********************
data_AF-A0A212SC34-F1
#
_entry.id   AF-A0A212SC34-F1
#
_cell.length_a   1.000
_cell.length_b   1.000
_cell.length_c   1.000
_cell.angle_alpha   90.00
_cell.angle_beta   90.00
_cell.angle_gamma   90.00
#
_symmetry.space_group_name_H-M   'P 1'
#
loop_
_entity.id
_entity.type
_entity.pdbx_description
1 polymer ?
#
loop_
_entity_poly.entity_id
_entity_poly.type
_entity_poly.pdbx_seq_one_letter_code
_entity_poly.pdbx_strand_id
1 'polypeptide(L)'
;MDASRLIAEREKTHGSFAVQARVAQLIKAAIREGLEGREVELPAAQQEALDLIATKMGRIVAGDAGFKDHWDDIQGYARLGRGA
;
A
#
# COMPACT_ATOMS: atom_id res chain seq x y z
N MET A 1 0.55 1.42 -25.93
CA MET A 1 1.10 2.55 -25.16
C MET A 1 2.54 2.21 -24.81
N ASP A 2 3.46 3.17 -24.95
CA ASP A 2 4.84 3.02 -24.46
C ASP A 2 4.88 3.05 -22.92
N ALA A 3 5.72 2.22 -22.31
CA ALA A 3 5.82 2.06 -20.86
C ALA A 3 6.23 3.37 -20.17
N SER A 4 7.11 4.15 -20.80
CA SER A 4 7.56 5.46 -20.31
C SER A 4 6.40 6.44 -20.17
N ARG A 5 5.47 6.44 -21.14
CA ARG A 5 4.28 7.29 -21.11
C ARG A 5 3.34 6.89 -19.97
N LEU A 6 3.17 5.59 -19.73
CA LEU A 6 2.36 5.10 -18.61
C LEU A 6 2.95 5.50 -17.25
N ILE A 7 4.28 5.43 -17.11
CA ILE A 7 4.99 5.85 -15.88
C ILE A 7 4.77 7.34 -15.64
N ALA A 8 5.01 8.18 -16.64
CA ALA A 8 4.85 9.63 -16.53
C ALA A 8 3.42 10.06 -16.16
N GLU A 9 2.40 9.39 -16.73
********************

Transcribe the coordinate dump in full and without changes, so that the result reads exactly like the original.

data_AF-A0A212SC34-F1
#
_entry.id   AF-A0A212SC34-F1
#
_cell.length_a   1.000
_cell.length_b   1.000
_cell.length_c   1.000
_cell.angle_alpha   90.00
_cell.angle_beta   90.00
_cell.angle_gamma   90.00
#
_symmetry.space_group_name_H-M   'P 1'
#
loop_
_entity.id
_entity.type
_entity.pdbx_description
1 polymer ?
#
loop_
_entity_poly.entity_id
_entity_poly.type
_entity_poly.pdbx_seq_one_letter_code
_entity_poly.pdbx_strand_id
1 'polypeptide(L)'
;MDASRLIAEREKTHGSFAVQARVAQLIKAAIREGLEGREVELPAAQQEALDLIATKMGRIVAGDAGFKDHWDDIQGYARLGRGA
;
A
#
# COMPACT_ATOMS: atom_id res chain seq x y z
N MET A 1 0.55 1.42 -25.93
CA MET A 1 1.10 2.55 -25.16
C MET A 1 2.54 2.21 -24.81
N ASP A 2 3.46 3.17 -24.95
CA ASP A 2 4.84 3.02 -24.46
C ASP A 2 4.88 3.05 -22.92
N ALA A 3 5.72 2.22 -22.31
CA ALA A 3 5.82 2.06 -20.86
C ALA A 3 6.23 3.37 -20.17
N SER A 4 7.11 4.15 -20.80
CA SER A 4 7.56 5.46 -20.31
C SER A 4 6.40 6.44 -20.17
N ARG A 5 5.47 6.44 -21.14
CA ARG A 5 4.28 7.29 -21.11
C ARG A 5 3.34 6.89 -19.97
N LEU A 6 3.17 5.59 -19.73
CA LEU A 6 2.36 5.10 -18.61
C LEU A 6 2.95 5.50 -17.25
N ILE A 7 4.28 5.43 -17.11
CA ILE A 7 4.99 5.85 -15.88
C ILE A 7 4.77 7.34 -15.64
N ALA A 8 5.01 8.18 -16.64
CA ALA A 8 4.85 9.63 -16.53
C ALA A 8 3.42 10.06 -16.16
N GLU A 9 2.40 9.39 -16.73